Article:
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The cancer-prevention properties of dietary fiber are hardly a secret. Indeed, in modern times the late Dr. Denis Burkitt (of Burkitt’s Lymphoma fame) made the so-called “fiber story” famous in his work among native Africans. This British researcher, with his colleagues Alan Walker and Hugh Trowell, spent many years in Africa tirelessly working to better understand why diseases typically found in Western countries were rare in Africa. What he discovered made worldwide news. Diets high in fiber appeared to be associated with reduced cancer incidence of the large bowel, as well as the incidence of many other diseases common to Western countries.
Looking at the Big Picture
In rural China, we took this lead to further explore the fiber–cancer association among people who were consuming very large amounts of fiber compared to Americans. In so doing, we incorporated two other understandings. First, dietary fiber is not a single chemical entity. There is an almost unlimited variety of dietary fibers. Second, our knowledge about the unique effects of specific fibers was, and still is, very sparse. So, to get a better feel for the big picture, we measured the consumption of 14 different kinds of dietary fiber.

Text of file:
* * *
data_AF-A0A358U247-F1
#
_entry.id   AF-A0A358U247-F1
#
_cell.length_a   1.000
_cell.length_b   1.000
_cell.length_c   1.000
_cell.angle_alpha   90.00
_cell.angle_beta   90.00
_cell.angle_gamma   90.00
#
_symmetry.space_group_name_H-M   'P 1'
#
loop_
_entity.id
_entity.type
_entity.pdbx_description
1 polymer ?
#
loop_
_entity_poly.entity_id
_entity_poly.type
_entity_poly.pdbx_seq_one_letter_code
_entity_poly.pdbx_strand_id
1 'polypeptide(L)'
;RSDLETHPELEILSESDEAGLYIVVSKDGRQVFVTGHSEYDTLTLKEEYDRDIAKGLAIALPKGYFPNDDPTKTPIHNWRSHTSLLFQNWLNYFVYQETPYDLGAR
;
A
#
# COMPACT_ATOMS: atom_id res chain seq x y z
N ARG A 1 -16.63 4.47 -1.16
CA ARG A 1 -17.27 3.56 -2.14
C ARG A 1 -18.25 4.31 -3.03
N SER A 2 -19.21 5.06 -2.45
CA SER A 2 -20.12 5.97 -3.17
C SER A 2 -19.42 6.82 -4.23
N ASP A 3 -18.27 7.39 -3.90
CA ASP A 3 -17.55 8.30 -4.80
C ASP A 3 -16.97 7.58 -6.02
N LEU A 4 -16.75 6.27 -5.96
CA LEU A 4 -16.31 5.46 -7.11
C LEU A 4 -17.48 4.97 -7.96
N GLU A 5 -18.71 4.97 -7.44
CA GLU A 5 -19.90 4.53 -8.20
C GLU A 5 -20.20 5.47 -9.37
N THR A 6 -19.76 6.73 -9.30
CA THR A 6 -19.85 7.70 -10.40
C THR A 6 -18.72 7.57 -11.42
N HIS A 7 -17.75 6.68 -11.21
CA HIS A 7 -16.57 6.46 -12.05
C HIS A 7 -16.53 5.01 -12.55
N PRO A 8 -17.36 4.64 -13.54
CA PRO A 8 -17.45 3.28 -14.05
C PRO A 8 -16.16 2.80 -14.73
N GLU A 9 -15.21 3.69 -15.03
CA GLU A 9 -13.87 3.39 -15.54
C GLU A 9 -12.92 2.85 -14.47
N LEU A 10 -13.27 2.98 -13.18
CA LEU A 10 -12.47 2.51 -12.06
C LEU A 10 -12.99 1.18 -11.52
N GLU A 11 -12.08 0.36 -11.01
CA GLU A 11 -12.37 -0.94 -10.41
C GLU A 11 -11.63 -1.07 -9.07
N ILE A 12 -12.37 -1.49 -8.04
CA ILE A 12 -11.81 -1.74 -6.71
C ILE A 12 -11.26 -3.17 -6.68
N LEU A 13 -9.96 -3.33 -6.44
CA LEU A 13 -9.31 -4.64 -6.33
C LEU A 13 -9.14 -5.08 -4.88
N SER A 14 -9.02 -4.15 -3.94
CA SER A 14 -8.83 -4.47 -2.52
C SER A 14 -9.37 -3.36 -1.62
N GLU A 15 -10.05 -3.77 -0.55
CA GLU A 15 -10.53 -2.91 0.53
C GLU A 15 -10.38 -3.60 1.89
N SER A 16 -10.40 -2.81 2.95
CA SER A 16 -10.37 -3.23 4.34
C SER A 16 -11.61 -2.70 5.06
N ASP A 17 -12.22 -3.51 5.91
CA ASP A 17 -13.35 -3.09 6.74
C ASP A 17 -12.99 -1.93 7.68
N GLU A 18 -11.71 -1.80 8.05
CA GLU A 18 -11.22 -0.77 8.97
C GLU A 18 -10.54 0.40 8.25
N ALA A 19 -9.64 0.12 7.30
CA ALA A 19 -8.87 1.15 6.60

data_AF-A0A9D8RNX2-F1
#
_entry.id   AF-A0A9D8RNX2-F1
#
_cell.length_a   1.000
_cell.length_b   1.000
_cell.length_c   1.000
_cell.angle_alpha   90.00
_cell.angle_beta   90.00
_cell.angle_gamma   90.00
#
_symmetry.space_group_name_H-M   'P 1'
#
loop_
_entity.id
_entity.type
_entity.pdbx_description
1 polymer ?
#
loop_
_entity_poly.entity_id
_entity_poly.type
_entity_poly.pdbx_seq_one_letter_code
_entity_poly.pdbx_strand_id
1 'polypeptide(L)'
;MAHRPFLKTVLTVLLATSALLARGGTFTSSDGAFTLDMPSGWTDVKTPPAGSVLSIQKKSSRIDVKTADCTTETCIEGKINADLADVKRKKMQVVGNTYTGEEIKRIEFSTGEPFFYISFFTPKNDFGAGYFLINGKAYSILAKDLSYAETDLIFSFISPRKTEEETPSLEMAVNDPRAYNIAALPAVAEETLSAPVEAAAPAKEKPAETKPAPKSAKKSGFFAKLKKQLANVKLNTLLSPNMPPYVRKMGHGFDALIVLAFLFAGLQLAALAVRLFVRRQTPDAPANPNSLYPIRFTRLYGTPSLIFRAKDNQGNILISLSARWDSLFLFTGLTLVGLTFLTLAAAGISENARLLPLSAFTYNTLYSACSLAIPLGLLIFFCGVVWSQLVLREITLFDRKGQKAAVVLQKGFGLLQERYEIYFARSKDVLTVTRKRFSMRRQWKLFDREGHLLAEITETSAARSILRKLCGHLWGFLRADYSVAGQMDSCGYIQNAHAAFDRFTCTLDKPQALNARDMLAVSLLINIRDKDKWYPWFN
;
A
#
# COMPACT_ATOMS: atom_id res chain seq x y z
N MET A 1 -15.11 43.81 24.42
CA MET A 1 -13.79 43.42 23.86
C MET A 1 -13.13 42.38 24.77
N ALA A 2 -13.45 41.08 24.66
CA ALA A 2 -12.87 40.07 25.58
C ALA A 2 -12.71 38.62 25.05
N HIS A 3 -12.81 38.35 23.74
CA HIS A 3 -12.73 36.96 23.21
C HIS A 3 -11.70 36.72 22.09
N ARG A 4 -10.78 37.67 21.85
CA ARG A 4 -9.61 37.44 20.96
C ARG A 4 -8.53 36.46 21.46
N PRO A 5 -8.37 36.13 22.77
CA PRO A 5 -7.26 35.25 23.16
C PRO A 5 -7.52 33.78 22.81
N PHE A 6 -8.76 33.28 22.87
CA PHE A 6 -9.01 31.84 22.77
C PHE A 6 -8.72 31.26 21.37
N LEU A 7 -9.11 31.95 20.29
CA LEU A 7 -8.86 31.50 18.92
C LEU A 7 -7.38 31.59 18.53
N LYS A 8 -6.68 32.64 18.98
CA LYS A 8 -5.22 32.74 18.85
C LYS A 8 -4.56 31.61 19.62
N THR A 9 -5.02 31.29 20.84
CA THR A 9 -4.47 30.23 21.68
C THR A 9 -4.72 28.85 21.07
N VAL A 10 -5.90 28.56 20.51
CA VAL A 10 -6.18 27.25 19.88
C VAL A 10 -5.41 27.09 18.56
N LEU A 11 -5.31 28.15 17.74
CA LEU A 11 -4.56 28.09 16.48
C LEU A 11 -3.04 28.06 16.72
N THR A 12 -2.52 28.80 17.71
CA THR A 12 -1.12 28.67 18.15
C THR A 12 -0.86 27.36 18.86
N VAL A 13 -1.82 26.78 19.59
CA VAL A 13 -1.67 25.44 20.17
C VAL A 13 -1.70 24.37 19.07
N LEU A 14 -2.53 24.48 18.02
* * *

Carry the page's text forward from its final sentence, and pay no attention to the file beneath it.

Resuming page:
As expected, we first noted that the average intake of dietary fiber was at least double, perhaps even triple, the intake in the U.S. Second, the rates of colon and rectal cancers in China were only about one-half the rates in the U.S., although in some areas this cancer was almost non-existent.
Also as expected, we did not see any special differences in the cancer-related effects of these different fibers. For each of the 14 different fiber types, there was an inverse correlation. That is, the higher the fiber intake, the lower the rates of colon and rectal cancers (although almost all of these correlations were somewhat less than statistically significant).
Finally, we found a very strong association between colon cancer and the presence of the water-borne parasite that causes schistosomiasis. This little creature is carried by snails and has caused enormous epidemics in some tropical countries. In conclusion, it is our view that Burkitt’s dietary fiber theory remains intact and it is worthwhile to consume high-fiber diets, not just to prevent large bowel cancers but also to promote a variety of other positive health conditions. And finally, remember that dietary fiber can only be found in foods of plant origin, once again pointing to the value of consuming plant-based diets.